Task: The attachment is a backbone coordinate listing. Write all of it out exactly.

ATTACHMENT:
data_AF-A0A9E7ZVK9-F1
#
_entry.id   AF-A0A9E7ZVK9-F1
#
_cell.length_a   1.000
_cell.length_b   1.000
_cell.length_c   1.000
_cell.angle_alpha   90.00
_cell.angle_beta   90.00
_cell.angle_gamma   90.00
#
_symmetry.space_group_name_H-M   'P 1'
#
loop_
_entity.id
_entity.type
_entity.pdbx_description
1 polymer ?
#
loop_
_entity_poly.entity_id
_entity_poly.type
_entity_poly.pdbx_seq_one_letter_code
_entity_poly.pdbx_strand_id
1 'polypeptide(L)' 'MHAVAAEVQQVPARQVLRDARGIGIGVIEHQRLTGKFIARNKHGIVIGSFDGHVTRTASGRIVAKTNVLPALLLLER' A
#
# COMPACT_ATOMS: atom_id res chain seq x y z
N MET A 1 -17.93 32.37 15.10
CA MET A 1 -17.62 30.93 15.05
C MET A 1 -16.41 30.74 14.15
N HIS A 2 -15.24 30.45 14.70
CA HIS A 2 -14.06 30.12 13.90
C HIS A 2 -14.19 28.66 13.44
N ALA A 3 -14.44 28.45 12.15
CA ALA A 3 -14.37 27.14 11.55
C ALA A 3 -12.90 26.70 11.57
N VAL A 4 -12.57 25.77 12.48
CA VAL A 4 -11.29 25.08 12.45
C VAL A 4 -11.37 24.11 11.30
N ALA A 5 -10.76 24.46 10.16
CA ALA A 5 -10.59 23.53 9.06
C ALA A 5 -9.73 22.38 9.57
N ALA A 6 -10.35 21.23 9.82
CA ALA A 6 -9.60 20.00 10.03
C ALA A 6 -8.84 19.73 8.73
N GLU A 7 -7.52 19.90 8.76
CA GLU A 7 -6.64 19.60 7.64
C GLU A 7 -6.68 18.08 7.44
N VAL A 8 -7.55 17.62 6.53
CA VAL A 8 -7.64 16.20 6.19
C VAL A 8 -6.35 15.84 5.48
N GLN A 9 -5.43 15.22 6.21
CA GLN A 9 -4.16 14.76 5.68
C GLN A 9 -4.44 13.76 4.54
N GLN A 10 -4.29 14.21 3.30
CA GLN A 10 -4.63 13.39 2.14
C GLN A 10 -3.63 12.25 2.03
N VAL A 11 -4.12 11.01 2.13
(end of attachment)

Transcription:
data_AF-A0A9E7ZVK9-F1
#
_entry.id   AF-A0A9E7ZVK9-F1
#
_cell.length_a   1.000
_cell.length_b   1.000
_cell.length_c   1.000
_cell.angle_alpha   90.00
_cell.angle_beta   90.00
_cell.angle_gamma   90.00
#
_symmetry.space_group_name_H-M   'P 1'
#
loop_
_entity.id
_entity.type
_entity.pdbx_description
1 polymer ?
#
loop_
_entity_poly.entity_id
_entity_poly.type
_entity_poly.pdbx_seq_one_letter_code
_entity_poly.pdbx_strand_id
1 'polypeptide(L)' 'MHAVAAEVQQVPARQVLRDARGIGIGVIEHQRLTGKFIARNKHGIVIGSFDGHVTRTASGRIVAKTNVLPALLLLER' A
#
# COMPACT_ATOMS: atom_id res chain seq x y z
N MET A 1 -17.93 32.37 15.10
CA MET A 1 -17.62 30.93 15.05
C MET A 1 -16.41 30.74 14.15
N HIS A 2 -15.24 30.45 14.70
CA HIS A 2 -14.06 30.12 13.90
C HIS A 2 -14.19 28.66 13.44
N ALA A 3 -14.44 28.45 12.15
CA ALA A 3 -14.37 27.14 11.55
C ALA A 3 -12.90 26.70 11.57
N VAL A 4 -12.57 25.77 12.48
CA VAL A 4 -11.29 25.08 12.45
C VAL A 4 -11.37 24.11 11.30
N ALA A 5 -10.76 24.46 10.16
CA ALA A 5 -10.59 23.53 9.06
C ALA A 5 -9.73 22.38 9.57
N ALA A 6 -10.35 21.23 9.82
CA ALA A 6 -9.60 20.00 10.03
C ALA A 6 -8.84 19.73 8.73
N GLU A 7 -7.52 19.90 8.76
CA GLU A 7 -6.64 19.60 7.64
C GLU A 7 -6.68 18.08 7.44
N VAL A 8 -7.55 17.62 6.53
CA VAL A 8 -7.64 16.20 6.19
C VAL A 8 -6.35 15.84 5.48
N GLN A 9 -5.43 15.22 6.21
CA GLN A 9 -4.16 14.76 5.68
C GLN A 9 -4.44 13.76 4.54
N GLN A 10 -4.29 14.21 3.30
CA GLN A 10 -4.63 13.39 2.14
C GLN A 10 -3.63 12.25 2.03
N VAL A 11 -4.12 11.01 2.13